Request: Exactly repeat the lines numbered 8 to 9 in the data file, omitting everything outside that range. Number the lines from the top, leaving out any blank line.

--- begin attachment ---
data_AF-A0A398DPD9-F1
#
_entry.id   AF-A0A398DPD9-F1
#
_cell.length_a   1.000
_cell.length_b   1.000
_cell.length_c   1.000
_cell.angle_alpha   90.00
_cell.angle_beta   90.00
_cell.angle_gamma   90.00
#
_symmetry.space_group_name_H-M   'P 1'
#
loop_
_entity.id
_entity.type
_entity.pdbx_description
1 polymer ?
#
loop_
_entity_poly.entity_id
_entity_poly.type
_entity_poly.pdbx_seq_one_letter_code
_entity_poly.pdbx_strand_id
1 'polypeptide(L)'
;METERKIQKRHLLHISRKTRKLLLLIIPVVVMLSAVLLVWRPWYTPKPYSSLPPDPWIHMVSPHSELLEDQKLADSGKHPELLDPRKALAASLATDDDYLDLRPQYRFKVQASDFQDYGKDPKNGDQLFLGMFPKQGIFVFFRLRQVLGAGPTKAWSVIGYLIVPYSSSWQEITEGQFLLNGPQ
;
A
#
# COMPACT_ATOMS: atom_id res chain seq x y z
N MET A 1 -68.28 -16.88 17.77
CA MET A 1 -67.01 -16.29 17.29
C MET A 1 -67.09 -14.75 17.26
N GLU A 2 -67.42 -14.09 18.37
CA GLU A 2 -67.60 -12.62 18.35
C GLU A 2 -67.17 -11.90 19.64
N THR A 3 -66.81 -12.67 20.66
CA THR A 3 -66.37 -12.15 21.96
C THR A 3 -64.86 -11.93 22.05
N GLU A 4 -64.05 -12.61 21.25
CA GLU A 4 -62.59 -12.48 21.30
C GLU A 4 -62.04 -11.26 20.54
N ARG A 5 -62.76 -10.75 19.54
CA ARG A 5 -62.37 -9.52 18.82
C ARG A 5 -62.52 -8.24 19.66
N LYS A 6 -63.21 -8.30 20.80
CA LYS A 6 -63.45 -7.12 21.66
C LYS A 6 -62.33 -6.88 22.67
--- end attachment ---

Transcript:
_cell.angle_alpha   90.00
_cell.angle_beta   90.00